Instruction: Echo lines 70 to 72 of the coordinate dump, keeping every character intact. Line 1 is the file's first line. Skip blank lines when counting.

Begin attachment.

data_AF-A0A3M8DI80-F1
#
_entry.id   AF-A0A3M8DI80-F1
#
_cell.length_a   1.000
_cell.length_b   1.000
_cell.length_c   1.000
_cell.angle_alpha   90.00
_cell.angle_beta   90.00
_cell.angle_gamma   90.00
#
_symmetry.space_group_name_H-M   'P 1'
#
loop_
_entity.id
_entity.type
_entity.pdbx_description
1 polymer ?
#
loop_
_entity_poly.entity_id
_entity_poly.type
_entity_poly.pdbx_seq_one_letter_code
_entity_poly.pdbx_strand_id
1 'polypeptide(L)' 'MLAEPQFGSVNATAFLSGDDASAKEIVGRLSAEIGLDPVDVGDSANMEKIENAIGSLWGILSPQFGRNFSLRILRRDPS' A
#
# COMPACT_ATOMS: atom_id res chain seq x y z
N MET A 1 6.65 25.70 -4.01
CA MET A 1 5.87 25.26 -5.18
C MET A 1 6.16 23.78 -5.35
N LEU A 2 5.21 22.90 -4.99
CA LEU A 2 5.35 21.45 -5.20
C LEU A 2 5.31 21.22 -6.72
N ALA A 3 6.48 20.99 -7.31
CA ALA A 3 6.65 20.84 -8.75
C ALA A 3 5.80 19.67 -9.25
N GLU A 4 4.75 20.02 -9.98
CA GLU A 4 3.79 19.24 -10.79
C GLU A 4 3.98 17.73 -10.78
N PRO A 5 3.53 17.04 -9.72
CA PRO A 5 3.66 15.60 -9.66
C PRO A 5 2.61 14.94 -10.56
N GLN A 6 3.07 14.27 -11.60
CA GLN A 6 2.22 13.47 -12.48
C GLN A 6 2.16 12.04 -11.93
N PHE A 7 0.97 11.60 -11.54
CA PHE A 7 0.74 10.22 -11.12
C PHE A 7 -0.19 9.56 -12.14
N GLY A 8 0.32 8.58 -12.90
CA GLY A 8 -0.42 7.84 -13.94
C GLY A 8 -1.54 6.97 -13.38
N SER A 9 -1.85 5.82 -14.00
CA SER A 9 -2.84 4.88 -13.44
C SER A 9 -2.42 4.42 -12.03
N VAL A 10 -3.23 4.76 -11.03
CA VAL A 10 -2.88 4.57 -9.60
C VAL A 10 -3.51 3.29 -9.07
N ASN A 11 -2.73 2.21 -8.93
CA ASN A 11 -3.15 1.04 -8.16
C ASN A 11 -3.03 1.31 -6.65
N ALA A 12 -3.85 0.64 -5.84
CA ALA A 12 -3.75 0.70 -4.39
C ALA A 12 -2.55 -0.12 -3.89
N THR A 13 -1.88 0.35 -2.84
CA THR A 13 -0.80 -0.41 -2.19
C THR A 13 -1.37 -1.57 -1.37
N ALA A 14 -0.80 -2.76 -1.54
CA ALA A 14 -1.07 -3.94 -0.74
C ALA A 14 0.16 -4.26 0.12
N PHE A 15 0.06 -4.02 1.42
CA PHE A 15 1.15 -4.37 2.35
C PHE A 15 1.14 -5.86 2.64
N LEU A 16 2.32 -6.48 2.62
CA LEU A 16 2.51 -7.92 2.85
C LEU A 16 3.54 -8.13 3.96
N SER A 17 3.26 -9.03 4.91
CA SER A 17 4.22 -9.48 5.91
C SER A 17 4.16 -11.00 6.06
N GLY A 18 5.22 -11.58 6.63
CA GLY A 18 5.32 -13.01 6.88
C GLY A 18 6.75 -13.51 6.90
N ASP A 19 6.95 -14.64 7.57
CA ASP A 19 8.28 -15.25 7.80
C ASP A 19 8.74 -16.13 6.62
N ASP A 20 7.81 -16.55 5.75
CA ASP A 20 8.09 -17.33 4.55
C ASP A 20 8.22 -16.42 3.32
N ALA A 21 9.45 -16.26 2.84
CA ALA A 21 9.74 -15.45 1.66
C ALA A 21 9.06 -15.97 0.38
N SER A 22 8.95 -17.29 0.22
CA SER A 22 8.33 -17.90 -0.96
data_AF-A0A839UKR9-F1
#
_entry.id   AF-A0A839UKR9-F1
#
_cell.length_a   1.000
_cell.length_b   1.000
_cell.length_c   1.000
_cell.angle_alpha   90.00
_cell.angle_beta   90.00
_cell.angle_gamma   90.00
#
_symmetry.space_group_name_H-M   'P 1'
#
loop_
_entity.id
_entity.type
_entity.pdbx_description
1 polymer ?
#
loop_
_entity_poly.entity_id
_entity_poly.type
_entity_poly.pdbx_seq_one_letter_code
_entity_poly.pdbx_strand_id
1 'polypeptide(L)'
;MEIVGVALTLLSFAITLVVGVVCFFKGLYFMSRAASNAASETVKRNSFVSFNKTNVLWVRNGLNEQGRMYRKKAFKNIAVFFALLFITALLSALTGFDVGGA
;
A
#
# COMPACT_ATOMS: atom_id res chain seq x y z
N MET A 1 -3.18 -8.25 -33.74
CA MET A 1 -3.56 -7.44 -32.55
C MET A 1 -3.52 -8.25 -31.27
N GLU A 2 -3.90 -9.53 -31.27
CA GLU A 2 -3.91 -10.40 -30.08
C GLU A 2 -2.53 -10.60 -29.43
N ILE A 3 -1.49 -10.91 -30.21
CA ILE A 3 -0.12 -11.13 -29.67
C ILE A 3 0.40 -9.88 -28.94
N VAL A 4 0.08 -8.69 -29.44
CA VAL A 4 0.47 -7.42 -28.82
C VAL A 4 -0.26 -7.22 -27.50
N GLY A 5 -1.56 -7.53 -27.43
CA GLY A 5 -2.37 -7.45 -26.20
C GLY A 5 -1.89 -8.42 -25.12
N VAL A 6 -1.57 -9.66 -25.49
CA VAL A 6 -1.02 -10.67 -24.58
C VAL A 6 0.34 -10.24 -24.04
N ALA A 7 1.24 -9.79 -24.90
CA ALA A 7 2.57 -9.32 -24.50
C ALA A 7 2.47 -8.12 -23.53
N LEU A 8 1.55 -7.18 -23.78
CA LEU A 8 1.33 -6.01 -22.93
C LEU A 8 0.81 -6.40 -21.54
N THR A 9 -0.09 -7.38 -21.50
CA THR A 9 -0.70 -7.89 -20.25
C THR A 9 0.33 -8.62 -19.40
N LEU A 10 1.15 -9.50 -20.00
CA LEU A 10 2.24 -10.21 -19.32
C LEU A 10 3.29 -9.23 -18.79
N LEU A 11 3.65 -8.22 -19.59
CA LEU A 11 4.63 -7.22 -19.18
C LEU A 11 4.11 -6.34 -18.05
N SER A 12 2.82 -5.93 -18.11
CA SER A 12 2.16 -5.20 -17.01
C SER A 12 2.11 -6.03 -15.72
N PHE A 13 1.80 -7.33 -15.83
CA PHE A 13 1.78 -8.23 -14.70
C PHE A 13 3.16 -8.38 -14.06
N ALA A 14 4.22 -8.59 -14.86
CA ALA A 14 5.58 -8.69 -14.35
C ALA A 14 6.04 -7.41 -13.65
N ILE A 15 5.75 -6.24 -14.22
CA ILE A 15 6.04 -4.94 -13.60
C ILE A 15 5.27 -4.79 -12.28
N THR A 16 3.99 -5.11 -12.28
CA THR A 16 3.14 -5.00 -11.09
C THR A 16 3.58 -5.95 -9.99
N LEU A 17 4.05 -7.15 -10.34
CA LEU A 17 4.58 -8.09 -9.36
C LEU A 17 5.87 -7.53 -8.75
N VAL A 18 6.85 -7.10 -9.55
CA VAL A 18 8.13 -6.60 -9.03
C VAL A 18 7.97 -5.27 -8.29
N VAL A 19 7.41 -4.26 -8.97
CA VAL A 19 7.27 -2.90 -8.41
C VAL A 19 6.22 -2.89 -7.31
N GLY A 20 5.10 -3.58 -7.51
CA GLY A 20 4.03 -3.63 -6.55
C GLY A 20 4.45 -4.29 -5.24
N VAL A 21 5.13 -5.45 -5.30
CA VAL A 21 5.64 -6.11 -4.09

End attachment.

N PHE A 15 0.06 -4.02 1.42
CA PHE A 15 1.15 -4.37 2.35
C PHE A 15 1.14 -5.86 2.64